Candidates for town council may not be the only thing residents see on their March ballot. Town councilors are considering asking voters to approve a bond referendum to acquire more property.
The details of such a referendum won’t be finalized until January, which is the deadline for the language to be submitted to the Supervisor of Elections Office.
During a roundtable discussion last week, councilors asked staff to draw up a proposed referendum where the bond is between $15 million and $20 million; add recreational uses as a type of land they could purchase, in addition to traffic mitigation, environmentally sensitive, archaeologically significant or historically important; and have a list of lands for sale for voters to see.
“It’s basically now or never for a referendum,” Vice-Mayor Ron Delaney said. “There’s no more land left.”
The site of the former Suni Sands Mobile Home Park, or portions of it, and the Golf Club of Jupiter were cited as potential properties to buy, but the price tag might be a deterrent. According to a town estimate from 2017, the Suni Sands property was worth about $25 million.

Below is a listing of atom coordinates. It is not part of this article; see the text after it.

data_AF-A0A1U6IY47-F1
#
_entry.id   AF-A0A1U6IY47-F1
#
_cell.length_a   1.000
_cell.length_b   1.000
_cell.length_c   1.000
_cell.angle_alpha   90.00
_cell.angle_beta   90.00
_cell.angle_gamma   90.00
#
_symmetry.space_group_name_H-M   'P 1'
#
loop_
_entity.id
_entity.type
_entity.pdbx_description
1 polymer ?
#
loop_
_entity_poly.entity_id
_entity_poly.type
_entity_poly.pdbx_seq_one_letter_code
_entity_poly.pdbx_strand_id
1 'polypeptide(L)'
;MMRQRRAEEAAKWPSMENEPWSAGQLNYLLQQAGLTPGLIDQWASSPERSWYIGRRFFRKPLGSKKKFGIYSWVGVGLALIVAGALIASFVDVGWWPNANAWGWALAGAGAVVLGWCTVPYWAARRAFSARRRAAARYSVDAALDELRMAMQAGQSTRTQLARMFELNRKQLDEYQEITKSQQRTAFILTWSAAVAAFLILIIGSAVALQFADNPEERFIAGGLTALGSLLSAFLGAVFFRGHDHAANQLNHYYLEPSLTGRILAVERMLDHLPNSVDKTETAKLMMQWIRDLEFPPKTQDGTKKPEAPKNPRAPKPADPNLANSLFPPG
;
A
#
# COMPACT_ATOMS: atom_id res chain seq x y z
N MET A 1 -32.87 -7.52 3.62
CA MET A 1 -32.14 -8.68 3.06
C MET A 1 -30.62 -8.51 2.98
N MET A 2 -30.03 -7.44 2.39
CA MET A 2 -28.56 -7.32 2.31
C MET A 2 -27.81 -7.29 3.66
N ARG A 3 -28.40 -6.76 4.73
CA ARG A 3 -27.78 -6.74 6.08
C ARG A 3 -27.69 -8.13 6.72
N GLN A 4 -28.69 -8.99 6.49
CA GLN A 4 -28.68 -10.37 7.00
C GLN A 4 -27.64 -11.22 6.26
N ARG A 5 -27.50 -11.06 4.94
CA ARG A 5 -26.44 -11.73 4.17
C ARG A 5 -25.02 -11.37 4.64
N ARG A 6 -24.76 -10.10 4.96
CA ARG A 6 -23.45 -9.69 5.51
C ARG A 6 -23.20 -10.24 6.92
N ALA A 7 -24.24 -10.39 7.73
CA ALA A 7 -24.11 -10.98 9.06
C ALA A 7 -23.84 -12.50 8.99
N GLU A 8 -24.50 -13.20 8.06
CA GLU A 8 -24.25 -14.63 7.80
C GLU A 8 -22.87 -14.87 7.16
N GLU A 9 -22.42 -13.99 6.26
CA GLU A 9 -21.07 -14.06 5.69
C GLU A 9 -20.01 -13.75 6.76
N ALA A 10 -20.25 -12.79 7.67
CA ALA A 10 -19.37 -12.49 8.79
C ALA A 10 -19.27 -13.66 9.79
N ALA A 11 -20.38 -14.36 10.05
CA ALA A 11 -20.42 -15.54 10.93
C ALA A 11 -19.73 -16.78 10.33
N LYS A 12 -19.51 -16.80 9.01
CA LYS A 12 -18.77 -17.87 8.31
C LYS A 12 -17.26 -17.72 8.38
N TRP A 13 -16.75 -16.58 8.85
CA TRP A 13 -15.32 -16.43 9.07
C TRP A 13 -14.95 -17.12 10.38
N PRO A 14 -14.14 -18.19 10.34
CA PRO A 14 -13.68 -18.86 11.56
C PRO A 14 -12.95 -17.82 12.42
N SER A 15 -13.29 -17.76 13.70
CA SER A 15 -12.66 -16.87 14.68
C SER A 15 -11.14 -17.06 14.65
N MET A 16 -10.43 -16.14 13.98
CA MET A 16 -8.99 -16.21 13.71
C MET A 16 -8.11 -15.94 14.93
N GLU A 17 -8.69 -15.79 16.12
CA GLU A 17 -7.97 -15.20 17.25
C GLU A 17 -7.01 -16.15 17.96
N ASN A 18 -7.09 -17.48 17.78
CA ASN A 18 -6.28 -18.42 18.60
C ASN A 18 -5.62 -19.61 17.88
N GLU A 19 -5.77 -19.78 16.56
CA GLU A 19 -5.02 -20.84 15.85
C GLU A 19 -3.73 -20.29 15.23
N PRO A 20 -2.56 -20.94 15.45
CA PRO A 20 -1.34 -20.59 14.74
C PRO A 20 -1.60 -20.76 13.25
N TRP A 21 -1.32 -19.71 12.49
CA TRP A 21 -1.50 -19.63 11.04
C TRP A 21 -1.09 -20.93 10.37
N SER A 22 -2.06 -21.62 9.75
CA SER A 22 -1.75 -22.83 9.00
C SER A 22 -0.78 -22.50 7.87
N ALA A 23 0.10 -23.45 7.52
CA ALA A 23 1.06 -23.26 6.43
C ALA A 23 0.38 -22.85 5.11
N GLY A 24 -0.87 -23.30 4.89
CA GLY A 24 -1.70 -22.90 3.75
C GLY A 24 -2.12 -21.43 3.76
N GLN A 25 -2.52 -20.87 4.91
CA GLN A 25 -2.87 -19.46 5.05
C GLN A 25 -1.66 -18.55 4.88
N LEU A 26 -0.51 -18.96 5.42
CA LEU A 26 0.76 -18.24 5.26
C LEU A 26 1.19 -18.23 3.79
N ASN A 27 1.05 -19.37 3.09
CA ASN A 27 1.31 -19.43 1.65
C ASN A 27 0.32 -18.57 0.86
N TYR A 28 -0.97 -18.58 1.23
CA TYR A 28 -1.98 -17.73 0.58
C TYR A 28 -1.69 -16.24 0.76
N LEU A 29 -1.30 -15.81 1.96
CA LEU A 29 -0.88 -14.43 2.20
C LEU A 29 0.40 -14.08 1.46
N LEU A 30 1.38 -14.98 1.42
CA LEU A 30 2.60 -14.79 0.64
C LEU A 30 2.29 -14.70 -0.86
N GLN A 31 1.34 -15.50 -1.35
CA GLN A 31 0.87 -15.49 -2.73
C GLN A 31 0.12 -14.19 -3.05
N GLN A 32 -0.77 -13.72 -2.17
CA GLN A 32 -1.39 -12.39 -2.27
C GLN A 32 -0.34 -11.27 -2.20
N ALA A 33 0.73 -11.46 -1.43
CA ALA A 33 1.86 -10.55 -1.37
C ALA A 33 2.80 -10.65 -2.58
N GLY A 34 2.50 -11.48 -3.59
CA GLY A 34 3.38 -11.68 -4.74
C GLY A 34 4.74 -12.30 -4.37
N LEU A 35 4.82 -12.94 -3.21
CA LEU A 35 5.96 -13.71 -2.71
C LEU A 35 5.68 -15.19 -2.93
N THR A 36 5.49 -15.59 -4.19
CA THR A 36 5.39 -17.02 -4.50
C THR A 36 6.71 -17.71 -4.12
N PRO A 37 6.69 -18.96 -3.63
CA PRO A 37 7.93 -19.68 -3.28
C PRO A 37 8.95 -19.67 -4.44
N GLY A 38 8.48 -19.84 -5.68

“I don’t think we could go after all of [Suni Sands] unless voters wanted to take a huge hit in the tax rolls and approve a large number,” Councilor Ilan Kaufer said.
Tax-paying residents currently pay into two 20-year bonds. An $11.3 million bond was approved in 2001 to pay for the Jupiter Community Center. The second, a $17 million bond approved in 2005, was used to buy 60 acres of land over nine years, including Delaware Scrub in 2005, Cinquez Park in 2008 and Washington Street Preserve in 2011. The community center bond will mature in 2021, and the open space bond will mature in 2025.
Councilor Jim Kuretski noted that previous voter support could bode well this time around.
“From a sales pitch/marketing perspective, we’ve gone to the public twice [and] were successful in asking them to invest in the future,” he said.
The discussion for a second open space bond began in 2017. Town Financial Director Mike Villella said a 20-year bond referendum would cost $3 per $1 million borrowed for someone whose home is valued at $400,000. To put the referendum language together, legal fees are estimated to be between $10,000 and $15,000.